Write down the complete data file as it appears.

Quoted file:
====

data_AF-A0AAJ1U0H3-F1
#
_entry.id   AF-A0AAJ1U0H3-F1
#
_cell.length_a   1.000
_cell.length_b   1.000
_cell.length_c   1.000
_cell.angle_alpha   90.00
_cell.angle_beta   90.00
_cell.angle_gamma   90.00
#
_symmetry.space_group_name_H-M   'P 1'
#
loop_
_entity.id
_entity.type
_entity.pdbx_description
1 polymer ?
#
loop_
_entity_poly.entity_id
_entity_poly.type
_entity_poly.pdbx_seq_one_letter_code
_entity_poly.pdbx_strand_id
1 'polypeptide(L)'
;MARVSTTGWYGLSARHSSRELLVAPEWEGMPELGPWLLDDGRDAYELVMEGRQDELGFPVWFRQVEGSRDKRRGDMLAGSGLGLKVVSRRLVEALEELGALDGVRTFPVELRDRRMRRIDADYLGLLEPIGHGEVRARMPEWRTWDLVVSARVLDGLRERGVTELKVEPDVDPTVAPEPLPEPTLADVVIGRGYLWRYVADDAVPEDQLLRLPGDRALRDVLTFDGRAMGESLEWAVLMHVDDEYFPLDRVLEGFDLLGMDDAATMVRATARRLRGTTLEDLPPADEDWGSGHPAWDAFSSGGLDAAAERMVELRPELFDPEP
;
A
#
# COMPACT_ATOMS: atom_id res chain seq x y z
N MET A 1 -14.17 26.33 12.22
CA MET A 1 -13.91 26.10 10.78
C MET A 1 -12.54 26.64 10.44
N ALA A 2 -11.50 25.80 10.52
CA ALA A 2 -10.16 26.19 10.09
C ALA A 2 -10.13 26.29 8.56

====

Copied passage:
data_AF-A0AAJ1U0H3-F1
#
_entry.id   AF-A0AAJ1U0H3-F1
#
_cell.length_a   1.000
_cell.length_b   1.000
_cell.length_c   1.000
_cell.angle_alpha   90.00
_cell.angle_beta   90.00
_cell.angle_gamma   90.00
#
_symmetry.space_group_name_H-M   'P 1'
#
loop_
_entity.id
_entity.type
_entity.pdbx_description
1 polymer ?
#
loop_
_entity_poly.entity_id
_entity_poly.type
_entity_poly.pdbx_seq_one_letter_code
_entity_poly.pdbx_strand_id
1 'polypeptide(L)'
;MARVSTTGWYGLSARHSSRELLVAPEWEGMPELGPWLLDDGRDAYELVMEGRQDELGFPVWFRQVEGSRDKRRGDMLAGSGLGLKVVSRRLVEALEELGALDGVRTFPVELRDRRMRRIDADYLGLLEPIGHGEVRARMPEWRTWDLVVSARVLDGLRERGVTELKVEPDVDPTVAPEPLPEPTLADVVIGRGYLWRYVADDAVPEDQLLRLPGDRALRDVLTFDGRAMGESLEWAVLMHVDDEYFPLDRVLEGFDLLGMDDAATMVRATARRLRGTTLEDLPPADEDWGSGHPAWDAFSSGGLDAAAERMVELRPELFDPEP
;
A
#
# COMPACT_ATOMS: atom_id res chain seq x y z
N MET A 1 -14.17 26.33 12.22
CA MET A 1 -13.91 26.10 10.78
C MET A 1 -12.54 26.64 10.44
N ALA A 2 -11.50 25.80 10.52
CA ALA A 2 -10.16 26.19 10.09
C ALA A 2 -10.13 26.29 8.56